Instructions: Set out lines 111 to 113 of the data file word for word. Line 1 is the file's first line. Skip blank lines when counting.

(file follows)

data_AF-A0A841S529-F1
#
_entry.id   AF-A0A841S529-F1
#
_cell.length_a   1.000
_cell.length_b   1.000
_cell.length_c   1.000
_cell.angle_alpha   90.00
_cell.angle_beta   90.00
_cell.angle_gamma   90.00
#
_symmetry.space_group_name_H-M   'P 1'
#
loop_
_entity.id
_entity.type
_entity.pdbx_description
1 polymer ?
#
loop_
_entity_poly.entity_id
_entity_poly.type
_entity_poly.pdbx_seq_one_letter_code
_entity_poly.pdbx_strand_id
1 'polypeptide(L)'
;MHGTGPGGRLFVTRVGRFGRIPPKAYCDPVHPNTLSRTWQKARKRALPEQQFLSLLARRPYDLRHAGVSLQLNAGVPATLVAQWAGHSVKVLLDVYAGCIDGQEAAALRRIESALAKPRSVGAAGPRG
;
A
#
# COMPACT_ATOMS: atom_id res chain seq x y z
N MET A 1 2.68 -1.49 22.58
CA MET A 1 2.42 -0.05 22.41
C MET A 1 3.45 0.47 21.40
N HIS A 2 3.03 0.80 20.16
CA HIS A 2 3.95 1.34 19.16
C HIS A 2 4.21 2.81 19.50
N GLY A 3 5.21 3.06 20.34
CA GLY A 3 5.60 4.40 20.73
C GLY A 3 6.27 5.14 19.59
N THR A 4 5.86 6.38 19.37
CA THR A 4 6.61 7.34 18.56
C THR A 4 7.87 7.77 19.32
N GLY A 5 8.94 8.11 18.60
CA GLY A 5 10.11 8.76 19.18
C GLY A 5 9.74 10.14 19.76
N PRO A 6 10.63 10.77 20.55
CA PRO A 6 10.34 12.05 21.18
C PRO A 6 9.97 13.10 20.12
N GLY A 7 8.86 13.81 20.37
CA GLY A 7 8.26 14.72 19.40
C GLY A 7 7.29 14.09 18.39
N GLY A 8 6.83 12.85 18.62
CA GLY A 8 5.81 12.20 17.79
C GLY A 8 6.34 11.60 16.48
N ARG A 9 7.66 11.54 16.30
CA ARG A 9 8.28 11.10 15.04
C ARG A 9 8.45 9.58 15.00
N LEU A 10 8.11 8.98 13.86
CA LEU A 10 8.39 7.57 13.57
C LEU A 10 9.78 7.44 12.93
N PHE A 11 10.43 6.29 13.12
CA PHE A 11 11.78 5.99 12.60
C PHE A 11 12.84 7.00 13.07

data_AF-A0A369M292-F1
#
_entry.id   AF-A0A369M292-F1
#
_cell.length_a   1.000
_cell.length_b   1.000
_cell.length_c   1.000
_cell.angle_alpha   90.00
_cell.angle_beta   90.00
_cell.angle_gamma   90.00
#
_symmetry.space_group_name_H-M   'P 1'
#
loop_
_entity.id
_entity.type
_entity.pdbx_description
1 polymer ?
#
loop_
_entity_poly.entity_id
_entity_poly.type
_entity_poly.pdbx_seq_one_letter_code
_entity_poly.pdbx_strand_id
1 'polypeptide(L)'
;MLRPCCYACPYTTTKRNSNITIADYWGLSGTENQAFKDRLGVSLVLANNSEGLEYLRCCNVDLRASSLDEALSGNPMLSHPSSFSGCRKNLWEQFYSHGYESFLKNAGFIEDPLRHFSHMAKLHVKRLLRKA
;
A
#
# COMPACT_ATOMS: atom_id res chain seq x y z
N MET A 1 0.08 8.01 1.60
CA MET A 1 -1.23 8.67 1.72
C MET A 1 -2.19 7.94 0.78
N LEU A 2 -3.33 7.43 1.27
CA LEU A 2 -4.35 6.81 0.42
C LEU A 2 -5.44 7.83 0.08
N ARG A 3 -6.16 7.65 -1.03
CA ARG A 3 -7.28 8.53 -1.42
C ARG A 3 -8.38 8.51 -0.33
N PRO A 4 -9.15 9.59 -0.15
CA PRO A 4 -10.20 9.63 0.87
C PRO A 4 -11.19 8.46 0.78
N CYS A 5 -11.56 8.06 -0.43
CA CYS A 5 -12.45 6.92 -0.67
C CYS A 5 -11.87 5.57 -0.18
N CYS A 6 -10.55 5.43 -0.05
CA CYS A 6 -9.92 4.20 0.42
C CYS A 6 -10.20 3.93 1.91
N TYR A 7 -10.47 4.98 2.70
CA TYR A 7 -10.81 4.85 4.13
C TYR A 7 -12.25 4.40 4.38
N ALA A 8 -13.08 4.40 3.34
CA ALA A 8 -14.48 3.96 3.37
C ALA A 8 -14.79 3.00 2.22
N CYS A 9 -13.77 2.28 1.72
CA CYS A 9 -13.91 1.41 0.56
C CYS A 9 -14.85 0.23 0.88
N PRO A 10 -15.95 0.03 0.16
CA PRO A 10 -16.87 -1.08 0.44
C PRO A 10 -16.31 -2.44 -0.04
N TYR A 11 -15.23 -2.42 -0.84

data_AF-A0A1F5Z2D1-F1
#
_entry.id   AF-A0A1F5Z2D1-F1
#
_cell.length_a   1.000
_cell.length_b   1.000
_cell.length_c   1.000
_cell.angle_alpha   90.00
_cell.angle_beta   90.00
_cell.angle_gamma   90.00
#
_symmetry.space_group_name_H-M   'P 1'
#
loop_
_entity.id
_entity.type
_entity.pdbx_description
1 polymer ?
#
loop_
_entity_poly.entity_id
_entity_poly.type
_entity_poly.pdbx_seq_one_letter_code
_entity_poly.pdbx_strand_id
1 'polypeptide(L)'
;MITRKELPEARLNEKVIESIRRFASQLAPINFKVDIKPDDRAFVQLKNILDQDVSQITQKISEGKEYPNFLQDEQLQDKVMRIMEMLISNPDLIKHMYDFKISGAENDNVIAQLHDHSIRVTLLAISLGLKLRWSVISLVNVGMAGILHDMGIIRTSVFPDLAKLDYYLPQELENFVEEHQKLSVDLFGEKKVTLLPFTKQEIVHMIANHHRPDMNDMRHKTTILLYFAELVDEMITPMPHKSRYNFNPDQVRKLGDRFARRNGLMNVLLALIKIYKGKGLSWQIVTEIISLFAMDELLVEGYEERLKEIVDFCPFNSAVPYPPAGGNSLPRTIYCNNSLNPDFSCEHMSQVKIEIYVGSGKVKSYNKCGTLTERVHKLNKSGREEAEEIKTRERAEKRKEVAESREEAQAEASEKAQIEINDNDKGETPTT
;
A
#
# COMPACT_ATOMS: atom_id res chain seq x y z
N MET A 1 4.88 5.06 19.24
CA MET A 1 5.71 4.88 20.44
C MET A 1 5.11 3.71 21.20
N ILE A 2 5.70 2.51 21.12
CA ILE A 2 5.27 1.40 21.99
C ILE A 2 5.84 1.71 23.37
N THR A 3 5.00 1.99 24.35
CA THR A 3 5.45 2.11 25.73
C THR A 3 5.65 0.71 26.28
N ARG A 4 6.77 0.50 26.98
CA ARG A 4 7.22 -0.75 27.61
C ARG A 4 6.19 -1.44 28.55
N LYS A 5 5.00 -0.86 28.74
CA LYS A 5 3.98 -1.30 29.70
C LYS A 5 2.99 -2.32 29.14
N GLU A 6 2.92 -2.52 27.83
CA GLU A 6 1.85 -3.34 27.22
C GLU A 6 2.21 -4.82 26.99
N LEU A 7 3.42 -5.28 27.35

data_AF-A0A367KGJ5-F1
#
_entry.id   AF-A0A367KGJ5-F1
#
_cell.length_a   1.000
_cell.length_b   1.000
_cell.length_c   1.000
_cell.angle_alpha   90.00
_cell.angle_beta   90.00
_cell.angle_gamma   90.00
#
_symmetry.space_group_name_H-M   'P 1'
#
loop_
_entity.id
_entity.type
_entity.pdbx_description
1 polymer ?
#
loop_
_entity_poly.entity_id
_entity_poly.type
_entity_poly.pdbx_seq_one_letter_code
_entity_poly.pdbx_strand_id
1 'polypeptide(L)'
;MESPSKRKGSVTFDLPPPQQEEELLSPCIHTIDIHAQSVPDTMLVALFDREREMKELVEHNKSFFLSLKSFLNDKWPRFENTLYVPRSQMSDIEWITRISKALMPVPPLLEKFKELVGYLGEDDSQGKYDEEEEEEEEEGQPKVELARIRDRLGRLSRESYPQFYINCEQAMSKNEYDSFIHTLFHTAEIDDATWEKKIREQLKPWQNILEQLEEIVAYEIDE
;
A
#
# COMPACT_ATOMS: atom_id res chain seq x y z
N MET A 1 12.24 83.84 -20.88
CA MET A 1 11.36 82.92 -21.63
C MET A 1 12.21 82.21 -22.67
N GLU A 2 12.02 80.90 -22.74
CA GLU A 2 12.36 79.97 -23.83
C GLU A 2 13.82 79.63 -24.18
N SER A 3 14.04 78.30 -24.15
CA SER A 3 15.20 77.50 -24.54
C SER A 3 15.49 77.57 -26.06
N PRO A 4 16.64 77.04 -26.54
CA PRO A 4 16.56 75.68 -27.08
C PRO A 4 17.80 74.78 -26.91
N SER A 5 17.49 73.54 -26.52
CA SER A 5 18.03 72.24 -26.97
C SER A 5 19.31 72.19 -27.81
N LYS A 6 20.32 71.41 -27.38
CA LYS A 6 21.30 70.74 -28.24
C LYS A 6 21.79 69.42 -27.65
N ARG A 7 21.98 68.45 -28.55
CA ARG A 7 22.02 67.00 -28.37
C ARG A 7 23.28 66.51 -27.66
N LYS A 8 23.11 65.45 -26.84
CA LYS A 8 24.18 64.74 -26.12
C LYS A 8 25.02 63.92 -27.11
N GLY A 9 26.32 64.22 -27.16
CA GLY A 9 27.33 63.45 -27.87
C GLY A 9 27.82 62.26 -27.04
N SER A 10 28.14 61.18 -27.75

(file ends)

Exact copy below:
C CYS A 6 -10.20 3.93 1.91
N TYR A 7 -10.47 4.98 2.70
CA TYR A 7 -10.81 4.85 4.13